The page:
Hikingmap

Introduction

This document describes how to use the hikingmap application. The script takes one or more GPS tracks as input and will try to calculate the minimum amount of pages needed to print the complete track, choosing between portrait and landscape on the fly. The actual rendering of the maps will be done by an external script.

Disclaimer

The scripts in this document are written and verified to work in a Linux environment. There is no reason it shouldn't work on Windows, Mac OS or other operating systems, but it might require additional steps or a slightly different approach. If you have any questions or feedback, you are welcome to contact me on roel.derickx --at-- gmail.

Table of contents

  1. Download
  2. Rendering
    1. Renderer projects
    2. Writing your own renderer
  3. Hikingmap
    1. Usage
    2. Results
    3. Roadmap

Download

You can find the hikingmap package on github, to run the scripts you need a working installation of Python.

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Rendering

Hikingmap will only calculate the page boundaries, the actual rendering will be done by an external render script. You can either choose one from the list below or write your own.

Renderer projects

Writing your own renderer

All you have to do to write your own renderer is to create a directory with a render.py script inside. Hikingmap passes certain parameters, you are free to use or ignore them as you wish. A good start is the dummy renderer included in the hikingmap package, it contains already a class for parsing all parameters.
-o Minimum longitude of the area boundaries
-O Maximum longitude of the area boundaries
-a Minimum latitude of the area boundaries
-A Maximum latitude of the area boundaries
-w Page width in cm
-h Page height in cm
-t Temp track file to render. This is used to draw the page boundaries of the overview map, hikingmap will save those as a temporary GPX file.
-y Temp waypoints file to render. This is used to render the distance each kilometer or mile, hikingmap will save those waypoints as a temporary GPX file.
-v, --verbose Display extra information while processing.
-h, --help Display help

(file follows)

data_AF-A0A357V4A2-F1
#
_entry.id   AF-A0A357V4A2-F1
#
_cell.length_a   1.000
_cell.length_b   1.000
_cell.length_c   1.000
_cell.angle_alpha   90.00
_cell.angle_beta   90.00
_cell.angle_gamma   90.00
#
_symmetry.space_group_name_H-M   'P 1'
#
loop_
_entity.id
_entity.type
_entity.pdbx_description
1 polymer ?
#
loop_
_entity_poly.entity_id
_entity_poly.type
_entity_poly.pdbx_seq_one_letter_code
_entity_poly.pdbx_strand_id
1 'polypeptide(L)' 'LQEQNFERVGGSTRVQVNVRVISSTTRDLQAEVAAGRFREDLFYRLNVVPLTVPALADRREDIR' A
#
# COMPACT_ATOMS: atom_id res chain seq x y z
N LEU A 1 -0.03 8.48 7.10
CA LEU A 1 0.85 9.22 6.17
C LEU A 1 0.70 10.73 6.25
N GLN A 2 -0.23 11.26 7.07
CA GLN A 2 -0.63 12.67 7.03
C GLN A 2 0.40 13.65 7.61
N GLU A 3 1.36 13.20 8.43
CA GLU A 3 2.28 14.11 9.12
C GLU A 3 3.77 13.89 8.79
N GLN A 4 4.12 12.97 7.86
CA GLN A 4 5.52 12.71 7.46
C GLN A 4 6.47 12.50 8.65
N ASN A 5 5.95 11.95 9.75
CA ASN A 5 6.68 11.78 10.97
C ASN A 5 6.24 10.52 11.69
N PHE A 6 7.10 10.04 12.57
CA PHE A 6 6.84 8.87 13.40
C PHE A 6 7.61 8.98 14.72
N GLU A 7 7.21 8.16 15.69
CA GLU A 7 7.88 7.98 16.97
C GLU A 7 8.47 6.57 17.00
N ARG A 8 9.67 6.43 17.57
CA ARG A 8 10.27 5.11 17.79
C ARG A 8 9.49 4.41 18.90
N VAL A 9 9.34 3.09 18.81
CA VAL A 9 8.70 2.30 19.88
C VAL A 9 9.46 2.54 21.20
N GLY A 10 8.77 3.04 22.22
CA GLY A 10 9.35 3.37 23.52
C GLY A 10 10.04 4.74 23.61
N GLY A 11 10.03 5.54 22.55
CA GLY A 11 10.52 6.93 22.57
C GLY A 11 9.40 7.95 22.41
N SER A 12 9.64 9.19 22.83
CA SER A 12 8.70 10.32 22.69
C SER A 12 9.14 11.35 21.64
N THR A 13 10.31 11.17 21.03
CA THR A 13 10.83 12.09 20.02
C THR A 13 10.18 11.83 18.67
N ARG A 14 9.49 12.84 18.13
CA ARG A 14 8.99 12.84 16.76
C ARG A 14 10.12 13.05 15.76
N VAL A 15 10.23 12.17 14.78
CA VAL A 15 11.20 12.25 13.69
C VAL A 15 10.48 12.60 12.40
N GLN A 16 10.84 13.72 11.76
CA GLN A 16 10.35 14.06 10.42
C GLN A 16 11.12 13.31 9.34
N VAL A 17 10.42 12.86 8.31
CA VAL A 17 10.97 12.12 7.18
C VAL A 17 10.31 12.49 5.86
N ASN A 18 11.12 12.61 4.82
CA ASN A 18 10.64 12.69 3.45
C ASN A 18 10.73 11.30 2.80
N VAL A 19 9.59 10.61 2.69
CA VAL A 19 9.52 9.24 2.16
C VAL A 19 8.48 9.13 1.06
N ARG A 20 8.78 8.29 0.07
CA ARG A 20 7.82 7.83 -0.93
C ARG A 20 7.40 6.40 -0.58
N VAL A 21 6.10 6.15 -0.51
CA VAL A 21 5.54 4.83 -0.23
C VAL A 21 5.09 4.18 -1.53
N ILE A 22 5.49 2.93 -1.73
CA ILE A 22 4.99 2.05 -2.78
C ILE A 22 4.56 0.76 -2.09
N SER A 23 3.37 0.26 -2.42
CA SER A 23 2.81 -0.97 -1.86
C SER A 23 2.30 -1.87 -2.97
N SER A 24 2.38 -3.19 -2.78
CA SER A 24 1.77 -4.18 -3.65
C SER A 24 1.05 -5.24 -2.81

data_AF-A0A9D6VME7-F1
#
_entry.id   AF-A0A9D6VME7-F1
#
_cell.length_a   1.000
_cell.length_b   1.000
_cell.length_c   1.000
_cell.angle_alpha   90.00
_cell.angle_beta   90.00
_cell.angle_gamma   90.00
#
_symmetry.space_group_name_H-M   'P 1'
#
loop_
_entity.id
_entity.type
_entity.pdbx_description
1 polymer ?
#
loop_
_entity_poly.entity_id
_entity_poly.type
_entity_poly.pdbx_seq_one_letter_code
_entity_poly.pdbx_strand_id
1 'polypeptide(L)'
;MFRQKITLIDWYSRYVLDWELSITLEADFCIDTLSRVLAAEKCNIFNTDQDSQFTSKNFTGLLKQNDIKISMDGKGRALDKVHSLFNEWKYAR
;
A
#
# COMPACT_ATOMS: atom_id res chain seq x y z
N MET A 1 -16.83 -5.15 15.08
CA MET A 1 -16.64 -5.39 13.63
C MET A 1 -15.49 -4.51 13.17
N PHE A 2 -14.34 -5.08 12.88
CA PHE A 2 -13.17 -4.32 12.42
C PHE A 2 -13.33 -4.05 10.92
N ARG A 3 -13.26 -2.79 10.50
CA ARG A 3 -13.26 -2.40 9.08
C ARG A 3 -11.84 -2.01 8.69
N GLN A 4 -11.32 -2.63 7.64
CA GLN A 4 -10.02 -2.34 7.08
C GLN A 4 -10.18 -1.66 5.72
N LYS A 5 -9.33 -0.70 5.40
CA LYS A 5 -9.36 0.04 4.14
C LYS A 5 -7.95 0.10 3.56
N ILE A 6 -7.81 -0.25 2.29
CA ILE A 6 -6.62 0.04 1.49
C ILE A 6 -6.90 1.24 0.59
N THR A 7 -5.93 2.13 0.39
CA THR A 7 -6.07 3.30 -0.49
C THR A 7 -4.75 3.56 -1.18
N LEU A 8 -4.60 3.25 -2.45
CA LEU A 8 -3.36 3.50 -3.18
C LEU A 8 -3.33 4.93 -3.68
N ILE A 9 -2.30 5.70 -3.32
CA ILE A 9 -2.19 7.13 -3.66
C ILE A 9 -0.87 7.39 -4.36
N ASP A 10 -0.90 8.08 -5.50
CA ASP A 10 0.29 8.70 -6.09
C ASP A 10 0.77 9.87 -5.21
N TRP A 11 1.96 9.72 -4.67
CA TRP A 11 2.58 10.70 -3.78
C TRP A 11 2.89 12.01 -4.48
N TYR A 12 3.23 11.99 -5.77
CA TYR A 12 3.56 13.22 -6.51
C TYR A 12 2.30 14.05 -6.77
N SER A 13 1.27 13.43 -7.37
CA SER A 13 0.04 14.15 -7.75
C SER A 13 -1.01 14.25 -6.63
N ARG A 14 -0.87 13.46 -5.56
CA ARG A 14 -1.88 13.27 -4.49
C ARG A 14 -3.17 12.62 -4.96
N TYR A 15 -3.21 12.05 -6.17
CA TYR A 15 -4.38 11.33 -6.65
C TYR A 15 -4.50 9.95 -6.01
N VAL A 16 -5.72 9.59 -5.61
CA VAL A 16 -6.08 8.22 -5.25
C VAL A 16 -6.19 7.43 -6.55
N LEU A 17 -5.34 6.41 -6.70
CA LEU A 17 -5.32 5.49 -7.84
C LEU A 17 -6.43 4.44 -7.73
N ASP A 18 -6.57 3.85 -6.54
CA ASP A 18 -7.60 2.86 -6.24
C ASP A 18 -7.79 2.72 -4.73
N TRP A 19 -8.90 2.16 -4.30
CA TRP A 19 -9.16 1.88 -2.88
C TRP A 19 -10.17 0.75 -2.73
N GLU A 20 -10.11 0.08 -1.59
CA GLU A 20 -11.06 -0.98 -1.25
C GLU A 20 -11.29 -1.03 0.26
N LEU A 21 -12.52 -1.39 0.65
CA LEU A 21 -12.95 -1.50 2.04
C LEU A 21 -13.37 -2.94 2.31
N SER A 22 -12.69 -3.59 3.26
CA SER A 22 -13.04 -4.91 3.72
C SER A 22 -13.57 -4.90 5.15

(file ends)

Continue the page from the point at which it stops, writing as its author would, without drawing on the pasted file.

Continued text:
gpxfiles The GPX track(s) to render.

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Hikingmap

Usage

hikingmap.py [OPTION]... gpxfiles... Options:
-s --scale The scale denominator
--pagewidth The width of the resulting map in portrait orientation. The application will automatically use pageheight when rendering in landscape orientation. The value should be the width of the desired papersize minus the horizontal margins on both sides.
--pageheight The height of the resulting map in portrait orientation. The application will automatically use pagewidth when rendering in landscape orientation. The value should be the height of the desired papersize minus the vertical margins on both sides.
--pageoverlap The amount of overlap between two consecutive pages, in cm.
--overview Generate overview map.
-w --waypoints If this parameter is given the cumulative distance from the origin will be rendered each N kilometers or miles.
-u --unit Length unit in which the value of the waypoints parameter is expressed. Possible values are km or mi.
-o --page-order Order in which pages are generated. Possible values are naturalorder, rectoverso or book.
-b --basename Output filename base. All output file names will start with this parameter, followed by a sequence number and a file extension depending on the specified format.
-r --renderdir Directory containing the renderscript.
-v --verbose Display extra information while processing.
-h --help Display help
gpxfiles The GPX track(s) to follow. More than one GPX file can be given, the script will render all tracks given.
The hikingmap script will try to render the complete track on a minimum of pages. Because it is particularly hard for an algorithm to decide what should be on the map and what shouldn't, the following rules are implemented:

Results

Below you can find part of a rendered track. The maps were rendered on a 1:50000 scale for A4 paper size. The resulting PDF files were converted to PNG and subsequently scaled down to save bandwith, they are included here only as an example to show how the track is rendered and how pages fit together. Click on the image for a larger view.

Roadmap

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Creative Commons License
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This page was last updated on october 11, 2019